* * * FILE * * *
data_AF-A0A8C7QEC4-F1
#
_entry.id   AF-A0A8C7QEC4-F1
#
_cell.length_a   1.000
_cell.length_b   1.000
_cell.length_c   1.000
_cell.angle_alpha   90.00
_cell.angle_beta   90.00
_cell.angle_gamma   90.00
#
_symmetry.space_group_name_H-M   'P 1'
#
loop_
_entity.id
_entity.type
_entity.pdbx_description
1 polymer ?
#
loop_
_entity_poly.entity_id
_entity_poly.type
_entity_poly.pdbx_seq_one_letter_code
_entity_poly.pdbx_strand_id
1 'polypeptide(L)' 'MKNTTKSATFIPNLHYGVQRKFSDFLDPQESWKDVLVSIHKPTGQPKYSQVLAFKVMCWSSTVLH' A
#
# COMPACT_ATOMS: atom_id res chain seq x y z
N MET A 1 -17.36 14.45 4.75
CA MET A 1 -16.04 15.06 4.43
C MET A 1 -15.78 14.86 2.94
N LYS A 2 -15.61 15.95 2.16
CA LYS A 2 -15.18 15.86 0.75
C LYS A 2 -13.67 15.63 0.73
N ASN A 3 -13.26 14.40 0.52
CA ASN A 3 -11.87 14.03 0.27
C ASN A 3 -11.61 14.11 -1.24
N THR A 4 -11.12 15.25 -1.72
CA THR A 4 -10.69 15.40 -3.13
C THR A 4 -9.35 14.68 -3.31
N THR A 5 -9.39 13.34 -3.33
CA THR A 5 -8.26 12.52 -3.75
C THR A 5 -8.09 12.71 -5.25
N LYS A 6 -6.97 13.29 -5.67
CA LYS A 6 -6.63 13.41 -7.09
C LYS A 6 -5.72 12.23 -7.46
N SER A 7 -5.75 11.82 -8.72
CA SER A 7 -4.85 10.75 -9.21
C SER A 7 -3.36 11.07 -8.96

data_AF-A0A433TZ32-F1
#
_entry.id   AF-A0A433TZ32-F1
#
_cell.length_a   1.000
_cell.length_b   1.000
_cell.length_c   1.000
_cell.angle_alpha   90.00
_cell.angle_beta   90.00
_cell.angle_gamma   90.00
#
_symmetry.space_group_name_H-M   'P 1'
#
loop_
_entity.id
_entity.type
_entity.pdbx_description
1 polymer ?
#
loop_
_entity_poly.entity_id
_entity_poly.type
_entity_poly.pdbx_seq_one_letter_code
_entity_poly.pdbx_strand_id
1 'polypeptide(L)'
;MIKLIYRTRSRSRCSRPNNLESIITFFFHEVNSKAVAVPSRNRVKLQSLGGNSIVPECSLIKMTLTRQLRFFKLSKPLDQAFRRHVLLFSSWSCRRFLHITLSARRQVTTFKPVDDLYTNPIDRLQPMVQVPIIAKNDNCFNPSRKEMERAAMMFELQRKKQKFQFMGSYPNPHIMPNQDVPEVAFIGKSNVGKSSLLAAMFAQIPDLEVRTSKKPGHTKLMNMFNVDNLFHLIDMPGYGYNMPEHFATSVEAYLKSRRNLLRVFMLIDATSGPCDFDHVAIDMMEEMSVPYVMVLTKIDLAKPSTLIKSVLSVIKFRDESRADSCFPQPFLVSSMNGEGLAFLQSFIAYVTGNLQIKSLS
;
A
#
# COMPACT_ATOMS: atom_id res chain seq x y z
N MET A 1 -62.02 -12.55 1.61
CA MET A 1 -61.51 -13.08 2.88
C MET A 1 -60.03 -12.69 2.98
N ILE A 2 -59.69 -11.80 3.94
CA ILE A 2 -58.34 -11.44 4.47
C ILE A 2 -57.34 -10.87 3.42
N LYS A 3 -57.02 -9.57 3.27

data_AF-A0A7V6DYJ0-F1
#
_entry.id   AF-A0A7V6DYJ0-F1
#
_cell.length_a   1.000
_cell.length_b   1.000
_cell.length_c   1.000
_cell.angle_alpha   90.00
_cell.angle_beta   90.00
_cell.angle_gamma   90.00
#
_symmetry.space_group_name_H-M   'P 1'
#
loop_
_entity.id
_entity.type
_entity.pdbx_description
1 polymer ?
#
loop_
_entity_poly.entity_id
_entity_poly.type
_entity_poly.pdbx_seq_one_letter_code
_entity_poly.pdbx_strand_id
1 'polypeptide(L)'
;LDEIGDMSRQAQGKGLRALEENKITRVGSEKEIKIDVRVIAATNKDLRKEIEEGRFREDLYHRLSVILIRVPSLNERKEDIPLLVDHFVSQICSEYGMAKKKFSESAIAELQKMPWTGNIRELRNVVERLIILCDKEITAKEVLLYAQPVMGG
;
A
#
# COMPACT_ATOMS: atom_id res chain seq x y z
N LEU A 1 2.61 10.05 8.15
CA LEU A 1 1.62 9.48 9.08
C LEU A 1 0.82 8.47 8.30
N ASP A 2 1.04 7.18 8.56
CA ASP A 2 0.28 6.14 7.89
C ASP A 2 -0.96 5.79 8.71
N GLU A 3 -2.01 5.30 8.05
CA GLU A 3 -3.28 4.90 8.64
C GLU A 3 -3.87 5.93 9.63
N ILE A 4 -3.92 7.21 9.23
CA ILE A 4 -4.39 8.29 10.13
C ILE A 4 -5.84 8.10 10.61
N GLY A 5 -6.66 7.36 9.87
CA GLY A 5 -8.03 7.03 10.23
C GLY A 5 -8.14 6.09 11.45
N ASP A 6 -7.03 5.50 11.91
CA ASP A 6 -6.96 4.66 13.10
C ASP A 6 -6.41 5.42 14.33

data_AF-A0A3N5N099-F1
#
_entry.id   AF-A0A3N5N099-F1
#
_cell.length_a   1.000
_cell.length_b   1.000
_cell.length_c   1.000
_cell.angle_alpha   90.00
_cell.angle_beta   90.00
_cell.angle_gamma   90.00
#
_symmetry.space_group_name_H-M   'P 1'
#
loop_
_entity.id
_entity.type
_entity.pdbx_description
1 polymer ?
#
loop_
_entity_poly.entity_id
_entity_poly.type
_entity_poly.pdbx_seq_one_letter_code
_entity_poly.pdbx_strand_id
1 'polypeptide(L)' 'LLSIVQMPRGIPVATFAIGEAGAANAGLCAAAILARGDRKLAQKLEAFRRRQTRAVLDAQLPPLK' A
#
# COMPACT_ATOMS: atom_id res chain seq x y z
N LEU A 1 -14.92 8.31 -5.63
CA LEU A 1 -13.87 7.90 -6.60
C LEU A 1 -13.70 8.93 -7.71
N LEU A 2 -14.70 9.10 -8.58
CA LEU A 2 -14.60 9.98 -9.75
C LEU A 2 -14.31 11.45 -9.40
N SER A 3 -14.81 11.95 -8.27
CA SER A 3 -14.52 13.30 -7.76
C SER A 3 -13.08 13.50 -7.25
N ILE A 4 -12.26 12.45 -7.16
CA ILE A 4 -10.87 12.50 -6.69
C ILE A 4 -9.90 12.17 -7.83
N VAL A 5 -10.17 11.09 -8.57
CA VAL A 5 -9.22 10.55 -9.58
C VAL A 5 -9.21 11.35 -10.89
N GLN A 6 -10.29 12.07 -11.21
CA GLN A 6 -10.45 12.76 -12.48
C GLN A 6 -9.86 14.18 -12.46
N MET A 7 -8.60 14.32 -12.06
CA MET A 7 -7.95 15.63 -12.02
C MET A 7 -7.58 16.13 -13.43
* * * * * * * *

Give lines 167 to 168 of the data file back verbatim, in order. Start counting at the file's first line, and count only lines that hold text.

N SER A 3 -14.81 11.95 -8.27
CA SER A 3 -14.52 13.30 -7.76